All Posts By

Corinne K.

Spirituality, Wellness

Getting Chummy With Uncertainty

I know that 2016 has finally settled into the cells of my body. I’m no longer scratching out 2015 at the top of my journal entries as I remind myself that it’s a year later. The holidays have passed – clearly evident in the lack of colourful lights and Christmas decor (which I grew quite fond of actually). And I’m now revelling in the fact that it’s still light outside until about 6pm. (The. Best. Feeling.)

And along with my realization that it’s indeed 2016, I find myself reflecting with friends at how unsettling and tumultuous last year was. The year ended with everything I’d built in my professional life kinda just floating in the air. I had a clear idea of how I wanted to build my business and let’s just say that the universe had other plans. While I often refer to it all as unreal, I now understand that it served as more of a reality check. It forced me to take a hard look at how, and if, I’m walking my talk.

After all, it’s easy to be chill, mindful, present, grounded and aware when things are going well.

When life is all unicorns, ponies and rainbows, there’s no problem with chiseling out ‘me time’ in the day, getting quiet and sitting with nothing but my own thoughts. But when the proverbial shit hits the fan, that’s when I can see whether or not I’m applying all that practice of being with (and not reacting to) the drama. Uncertainty has a clever way of testing us – to see if we know how to just be.

‘Cuz that’s what all this meditation and mindfulness stuff is all about. It’s about sitting with your thoughts – the good, the bad and the ugly – without getting attached. It’s about letting those drifting thoughts, which are as inevitable as the rising and setting sun, to simply drift in and out. Rather than hanging onto any thought – feeding, growing and making it into something entirely different – we have the clear choice to let go of anything that comes into our mind. And then it’s about applying those same ideas to life. What we learn about sitting with ourselves during meditation, we apply to our day-to-day.

“No problem!” I thought when things got knocked off kilter, kicked out of balance and didn’t live up to my expectations. “I know how to rock this. Just keep moving. You got this!” I repeated to myself. (Embarrassingly so when I was busted by the bf talking to myself in the bathroom, reminiscent of the old SNL skits of Stuart Smalley but whatevs.)

That’s when the second part of the lesson came in. I kept moving, reaching out, making connections, planting seeds and following up on opportunities. And y’know what followed?

A chorus of crickets.

“Ah. Right.” I reminded myself, “Things won’t always happen on my time.” Because – let’s be honest – things won’t always fall into our laps, and not for a lack of trying! We can work hard, hustle and put it out there but sometimes, things take longer than we’d hope. And other times, they’re simply not meant to be.

Getting chummy with uncertainty is knowing that we’ve done our best and trusting that our best is enough. {Tweet that.}

It’s about knowing that sometimes the things we think we really, really, really need the most in our lives, truly aren’t meant to be and aren’t always in our best interest. It’s about rolling with the punches and choosing not to close. It’s about being aware of other possibilities and walking through the doors that quietly swing open as a result of our actions but not necessarily of our accord. And it’s about letting those doubts creep in, sitting with them, smiling  at them and letting them go.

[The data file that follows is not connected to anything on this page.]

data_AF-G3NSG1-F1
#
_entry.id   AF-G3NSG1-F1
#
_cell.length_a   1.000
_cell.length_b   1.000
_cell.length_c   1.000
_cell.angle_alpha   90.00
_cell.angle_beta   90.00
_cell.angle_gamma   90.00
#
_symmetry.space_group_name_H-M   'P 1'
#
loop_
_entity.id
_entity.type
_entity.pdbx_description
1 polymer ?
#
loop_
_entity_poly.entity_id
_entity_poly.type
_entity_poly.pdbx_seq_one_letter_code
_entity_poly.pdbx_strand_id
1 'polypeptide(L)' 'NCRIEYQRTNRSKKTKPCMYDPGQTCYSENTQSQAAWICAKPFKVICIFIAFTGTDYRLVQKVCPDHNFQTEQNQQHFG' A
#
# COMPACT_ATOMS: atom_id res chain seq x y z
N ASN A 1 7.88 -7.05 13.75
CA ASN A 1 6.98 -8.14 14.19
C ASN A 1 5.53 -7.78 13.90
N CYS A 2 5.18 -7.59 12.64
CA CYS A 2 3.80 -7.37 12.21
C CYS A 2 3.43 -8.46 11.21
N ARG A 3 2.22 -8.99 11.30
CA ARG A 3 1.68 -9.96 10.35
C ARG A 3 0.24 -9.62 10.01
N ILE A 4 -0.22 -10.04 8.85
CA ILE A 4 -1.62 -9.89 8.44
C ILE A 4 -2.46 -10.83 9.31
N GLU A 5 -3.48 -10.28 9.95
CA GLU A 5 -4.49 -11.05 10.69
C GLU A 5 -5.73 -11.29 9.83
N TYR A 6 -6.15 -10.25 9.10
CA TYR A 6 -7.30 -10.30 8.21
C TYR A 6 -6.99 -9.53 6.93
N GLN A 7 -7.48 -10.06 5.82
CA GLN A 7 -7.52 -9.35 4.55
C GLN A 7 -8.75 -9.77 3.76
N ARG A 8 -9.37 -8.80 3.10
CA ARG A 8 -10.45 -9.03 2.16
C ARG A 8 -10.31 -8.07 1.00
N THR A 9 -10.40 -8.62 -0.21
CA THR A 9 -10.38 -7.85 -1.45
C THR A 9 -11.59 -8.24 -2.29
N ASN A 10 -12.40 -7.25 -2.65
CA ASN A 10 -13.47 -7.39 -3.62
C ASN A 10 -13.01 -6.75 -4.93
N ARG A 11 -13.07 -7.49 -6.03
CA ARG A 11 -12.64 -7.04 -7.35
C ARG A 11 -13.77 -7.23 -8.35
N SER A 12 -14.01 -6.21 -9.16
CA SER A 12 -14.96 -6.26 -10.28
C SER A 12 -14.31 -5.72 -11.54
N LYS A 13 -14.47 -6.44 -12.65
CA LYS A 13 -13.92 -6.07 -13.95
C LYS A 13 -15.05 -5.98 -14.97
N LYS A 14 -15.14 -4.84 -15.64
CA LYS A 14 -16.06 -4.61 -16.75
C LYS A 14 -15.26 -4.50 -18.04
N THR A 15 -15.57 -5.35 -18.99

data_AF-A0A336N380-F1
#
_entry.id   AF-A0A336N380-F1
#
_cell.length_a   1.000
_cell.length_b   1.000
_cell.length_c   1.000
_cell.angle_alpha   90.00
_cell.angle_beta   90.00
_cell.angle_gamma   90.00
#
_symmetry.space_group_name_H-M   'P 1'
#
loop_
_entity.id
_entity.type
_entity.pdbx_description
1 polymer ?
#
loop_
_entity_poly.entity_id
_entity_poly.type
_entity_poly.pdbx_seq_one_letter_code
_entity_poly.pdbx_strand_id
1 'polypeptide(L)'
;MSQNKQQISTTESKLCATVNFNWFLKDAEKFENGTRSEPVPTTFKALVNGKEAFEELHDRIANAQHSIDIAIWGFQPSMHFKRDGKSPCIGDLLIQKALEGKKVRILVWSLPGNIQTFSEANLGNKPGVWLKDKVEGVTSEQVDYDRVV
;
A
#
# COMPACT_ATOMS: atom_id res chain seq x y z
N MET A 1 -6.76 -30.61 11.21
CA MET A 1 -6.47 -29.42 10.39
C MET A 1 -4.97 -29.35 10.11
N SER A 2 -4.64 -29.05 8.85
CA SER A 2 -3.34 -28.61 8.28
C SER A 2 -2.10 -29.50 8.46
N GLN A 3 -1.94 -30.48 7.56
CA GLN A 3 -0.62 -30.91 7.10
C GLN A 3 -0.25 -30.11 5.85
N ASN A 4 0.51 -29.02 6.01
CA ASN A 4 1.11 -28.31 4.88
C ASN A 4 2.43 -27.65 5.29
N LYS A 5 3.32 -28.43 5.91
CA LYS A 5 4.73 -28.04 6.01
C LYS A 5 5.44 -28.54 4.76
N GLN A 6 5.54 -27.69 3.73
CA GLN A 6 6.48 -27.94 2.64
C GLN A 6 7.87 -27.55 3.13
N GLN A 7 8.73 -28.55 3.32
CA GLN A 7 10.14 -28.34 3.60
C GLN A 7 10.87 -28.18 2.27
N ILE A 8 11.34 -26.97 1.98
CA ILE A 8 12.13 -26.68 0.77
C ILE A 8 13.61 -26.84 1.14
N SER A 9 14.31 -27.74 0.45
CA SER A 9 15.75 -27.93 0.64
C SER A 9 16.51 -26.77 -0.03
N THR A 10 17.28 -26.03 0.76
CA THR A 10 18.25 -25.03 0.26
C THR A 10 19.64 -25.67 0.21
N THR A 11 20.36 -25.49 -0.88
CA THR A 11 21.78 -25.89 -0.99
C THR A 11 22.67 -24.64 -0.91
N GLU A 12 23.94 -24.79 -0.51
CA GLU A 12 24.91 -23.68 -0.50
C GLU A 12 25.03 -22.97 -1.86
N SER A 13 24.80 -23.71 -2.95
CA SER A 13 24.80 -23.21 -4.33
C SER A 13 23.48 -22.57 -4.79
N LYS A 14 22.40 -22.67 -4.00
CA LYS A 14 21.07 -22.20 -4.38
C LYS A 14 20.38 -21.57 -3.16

xo

Creativity, Spirituality

Channeling Your Inner Rock Star

I’m not a SuperBowl fan. Football doesn’t keep my attention – it just doesn’t rock my boat. I’m way more likely to tune in for the insanely-priced commercial spots (marketing and mass media messaging fascinates me) and the halftime show (if I’m feelin’ the performer). So when I found out that Beyonce was part of the magic, I was all in this past Sunday. Glued to the TV, I watched the woman rock a football field like nobody’s business.

There’s something ethereal about her that intrigues me. If you see her in an interview, she’s a pretty humble and soft-spoken soul. But you put that woman in the spotlight – the thick of her element – and everything changes. Something clearly takes over and she becomes a powerhouse, owning the moment. There’s something remarkable about it to me. Not to mention inspiring.

In fact, she can pinpoint when she first felt like she was clearly tapping into something outside of herself and named her alter-ego Sasha Fierce. She gives herself permission to play big through Sasha. When she taps into Sasha’s energy she’s strong, bold, sexy, powerful and has a clear vision of what she wants.

What would change if we gave ourselves the same permission – the permission to play big? 

Opening To New Possibilities 

When we give ourselves the permission to play big, we open up to big possibilities. Think about the last time you told yourself that something you really wanted to do/experience/be was impossible. How did that feel? I bet it felt kinda shitty, huh?

While analytical, logical left-brain thinking has its place in life, there’s magic in knowing when to throw caution to the wind and be bold. To dream. To take chances and do the things that scare us the most – especially when we know that we’ll look back in regret if we don’t try something out. And more often than not, when we take a step towards something we know we have to try – however small – other opportunities present themselves. Play big. Open up, see what happens and take a chance on yourself. 

Creating Presence By Being Present

When we’re present with every moment, we can see how things shift. We often live in our heads – going through our to-do lists, rehearsing past conversations and obsessing about details that really don’t matter at the end of the day – and this translates to our body language. I know that I’m stressing out about stuff and that I’m stuck in my head when I get clumsy. As soon as I drop something or cut my finger while prepping dinner, I check in with myself and ask if I’m being present with what’s in front of me. And every time, I can honestly say that I’m not.

Getting present with myself starts with getting into my body. Am I sitting up straight or slouching? Am I walking around with my chin up and shoulders relaxed, taking in the world around me or staring at the pavement worrying to myself? When I’m nervous, I tend to fidget so I check in when that starts to happen. Rather than fidgeting, I remind myself to be still, chill out and tune in to what’s happening around me.